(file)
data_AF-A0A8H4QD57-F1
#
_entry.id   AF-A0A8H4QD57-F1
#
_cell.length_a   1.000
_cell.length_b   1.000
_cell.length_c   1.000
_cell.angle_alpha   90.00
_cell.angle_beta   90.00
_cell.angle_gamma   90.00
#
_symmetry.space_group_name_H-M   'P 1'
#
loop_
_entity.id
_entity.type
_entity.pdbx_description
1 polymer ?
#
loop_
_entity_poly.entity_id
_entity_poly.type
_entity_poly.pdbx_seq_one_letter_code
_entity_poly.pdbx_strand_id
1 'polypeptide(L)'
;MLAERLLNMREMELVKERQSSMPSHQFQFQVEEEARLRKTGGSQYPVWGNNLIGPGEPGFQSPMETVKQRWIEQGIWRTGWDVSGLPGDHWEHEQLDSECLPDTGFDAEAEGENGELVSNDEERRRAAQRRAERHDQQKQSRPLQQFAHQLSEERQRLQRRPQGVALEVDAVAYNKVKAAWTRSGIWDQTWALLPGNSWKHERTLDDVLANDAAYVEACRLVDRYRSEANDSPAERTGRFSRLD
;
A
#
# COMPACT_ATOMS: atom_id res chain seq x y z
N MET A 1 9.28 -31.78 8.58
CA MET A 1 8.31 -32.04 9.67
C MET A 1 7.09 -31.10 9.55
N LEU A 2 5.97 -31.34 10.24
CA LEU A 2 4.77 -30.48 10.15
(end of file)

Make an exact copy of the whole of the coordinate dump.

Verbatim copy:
data_AF-A0A8H4QD57-F1
#
_entry.id   AF-A0A8H4QD57-F1
#
_cell.length_a   1.000
_cell.length_b   1.000
_cell.length_c   1.000
_cell.angle_alpha   90.00
_cell.angle_beta   90.00
_cell.angle_gamma   90.00
#
_symmetry.space_group_name_H-M   'P 1'
#
loop_
_entity.id
_entity.type
_entity.pdbx_description
1 polymer ?
#
loop_
_entity_poly.entity_id
_entity_poly.type
_entity_poly.pdbx_seq_one_letter_code
_entity_poly.pdbx_strand_id
1 'polypeptide(L)'
;MLAERLLNMREMELVKERQSSMPSHQFQFQVEEEARLRKTGGSQYPVWGNNLIGPGEPGFQSPMETVKQRWIEQGIWRTGWDVSGLPGDHWEHEQLDSECLPDTGFDAEAEGENGELVSNDEERRRAAQRRAERHDQQKQSRPLQQFAHQLSEERQRLQRRPQGVALEVDAVAYNKVKAAWTRSGIWDQTWALLPGNSWKHERTLDDVLANDAAYVEACRLVDRYRSEANDSPAERTGRFSRLD
;
A
#
# COMPACT_ATOMS: atom_id res chain seq x y z
N MET A 1 9.28 -31.78 8.58
CA MET A 1 8.31 -32.04 9.67
C MET A 1 7.09 -31.10 9.55
N LEU A 2 5.97 -31.34 10.24
CA LEU A 2 4.77 -30.48 10.15